My first bite of tora-fugu, the Japanese species of blowfish containing deadly poison in its organs, is the skin. The gelatinous delicacy is thinly sliced like noodles, with seaweed, grated daikon, and a ponzu sauce, and is part of Sushi Taro’s 10-course, $138 fugu tasting menu. I’m not dead yet.
Next up is sashimi, sliced paper-thin and fanned around the plate like petals on a flower. It’s again served with a ponzu sauce, which pairs with fugu like ketchup to fries. The raw, almost transluscent fish is accompanied by a grilled fugu tail-infused sake with an aroma of char and fish that fills your nostrils before you even take a sip of the hot liquid, which starts off smoky, creamy, and sweet, then finishes on a bitter note.
Over the course of the three-and-a-half-hour dinner, there’s also fried fugu, which requires you to gnaw the meat around the bony frame of the fish like chicken wings. The meal finishes with a fugu hot pot and then an umami-rich egg drop porridge with Japanese greens made with a fugu broth.
Only two restaurants in the D.C. area—Sushi Taro and Kaz Sushi Bistro—serve tora-fugu, which is in season from mid-December through March. There are more than 100 species of puffer fish, including some found in the mid-Atlantic, but the Japanese tora-fugu or tiger puffer fish is considered the most delicious—and most poisonous.
It is rare and expensive, but the main appeal, for American thrill-seeking foodies, is its aura of danger. The organs—primarily the liver and female eggs—contain tetrodotoxin, which is reportedly at least 1,000 times more deadly than cyanide. One wrong cut could result in poisoning, causing numbness and tingling in the victim’s mouth, trouble breathing, dizziness, paralysis, and ultimately, death. There is no known antidote.
But your sushi chef doesn’t really hold your fate in his hands, at least in this country. The lesser-known truth is that all tora-fugu in the U.S. is butchered in Japan and the toxins are removed before the fish ever hits American soil. “The fish they import is 100 percent safe,” says Kaz Sushi Bistro chef and owner Kaz Okochi. As far as anyone I spoke to knows, nobody has ever died of Japanese tora-fugu poisoning in the U.S. You have a far greater chance of getting sick from salmonella in an undercooked burger.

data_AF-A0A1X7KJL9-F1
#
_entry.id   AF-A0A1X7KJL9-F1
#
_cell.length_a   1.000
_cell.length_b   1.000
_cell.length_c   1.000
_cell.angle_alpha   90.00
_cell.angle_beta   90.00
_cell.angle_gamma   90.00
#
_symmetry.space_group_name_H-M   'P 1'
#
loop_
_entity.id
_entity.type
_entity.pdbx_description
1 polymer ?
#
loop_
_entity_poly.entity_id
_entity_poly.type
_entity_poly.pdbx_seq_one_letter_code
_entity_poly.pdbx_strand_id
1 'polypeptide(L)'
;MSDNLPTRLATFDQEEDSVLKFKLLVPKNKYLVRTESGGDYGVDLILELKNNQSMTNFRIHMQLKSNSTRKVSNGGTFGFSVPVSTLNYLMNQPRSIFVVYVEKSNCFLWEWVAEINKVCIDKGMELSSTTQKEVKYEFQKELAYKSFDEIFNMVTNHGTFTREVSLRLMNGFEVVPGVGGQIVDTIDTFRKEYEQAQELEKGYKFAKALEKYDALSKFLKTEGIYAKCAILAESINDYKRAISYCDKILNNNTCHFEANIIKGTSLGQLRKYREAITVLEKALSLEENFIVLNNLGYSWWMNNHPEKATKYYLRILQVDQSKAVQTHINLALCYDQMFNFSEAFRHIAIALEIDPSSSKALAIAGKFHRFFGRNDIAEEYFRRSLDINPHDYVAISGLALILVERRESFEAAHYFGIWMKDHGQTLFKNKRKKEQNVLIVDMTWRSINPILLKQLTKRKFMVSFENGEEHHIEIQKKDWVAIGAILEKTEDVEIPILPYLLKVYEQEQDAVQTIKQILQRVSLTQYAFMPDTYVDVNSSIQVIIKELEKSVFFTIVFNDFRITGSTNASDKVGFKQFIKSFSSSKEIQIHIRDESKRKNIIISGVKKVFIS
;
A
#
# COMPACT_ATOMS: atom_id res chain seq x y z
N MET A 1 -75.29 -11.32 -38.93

The U.S. Food and Drug Administration has approved only one supplier, Wako International Corp., to import tora-fugu. The company, whose president Nobuyoshi Kuraoka owns Restaurant Nippon in New York, then distributes it to “member” Japanese restaurants around the country, including Sushi Taro and Kaz Sushi Bistro. Kuraoka says he supplies only 30 establishments.
Tora-fugu hasn’t always been legal. Kuraoka spent five years trying to convince the FDA to allow imports, and in 1989, the agency allowed it under strict guidelines. The fish is cut and cleaned by veteran fugu handlers in a facility in Shimonoseki, the fugu capital of Japan, under the supervision of health inspectors. The meat, bones, and skin are broken down into separate parts and frozen before they’re shipped to the U.S. (At Sushi Taro, tora-fugu is the only fish that arrives frozen. Everything else is flown in fresh daily.)
To prepare the fish, chefs must receive a local government-sanctioned license. Every prefecture in Japan has its own certification test, which involves a written portion as well as a demonstration of proper butchering technique. Chefs must be able to identify the type of toxins, where they’re found, how to clean and cut the fish, and how to dispose of the poison parts (in a locked container, so dogs or other animals don’t get to it).
“The toxin part is not that difficult if you know how to cut the fish and you know which one is the liver, which blowfish has a huge liver,” says Okochi, who received a fugu certification in Japan in the 1980s. “Preparation, that is the harder part.” Structurally, blowfish is different from most other fish; like monkfish, fugu has a big skeleton instead of lots of thin bones. Slicing it super-thin and removing the spine and the skin takes a sharp knife and sharp skills.
Not all tora-fugu is poisonous. Another little fugu industry secret is that some of the fish is now farm-raised. And because its toxicity comes from its diet in the wild, the aquaculture variety is supposedly safe. (The FDA still requires the same precautions for all fugu.)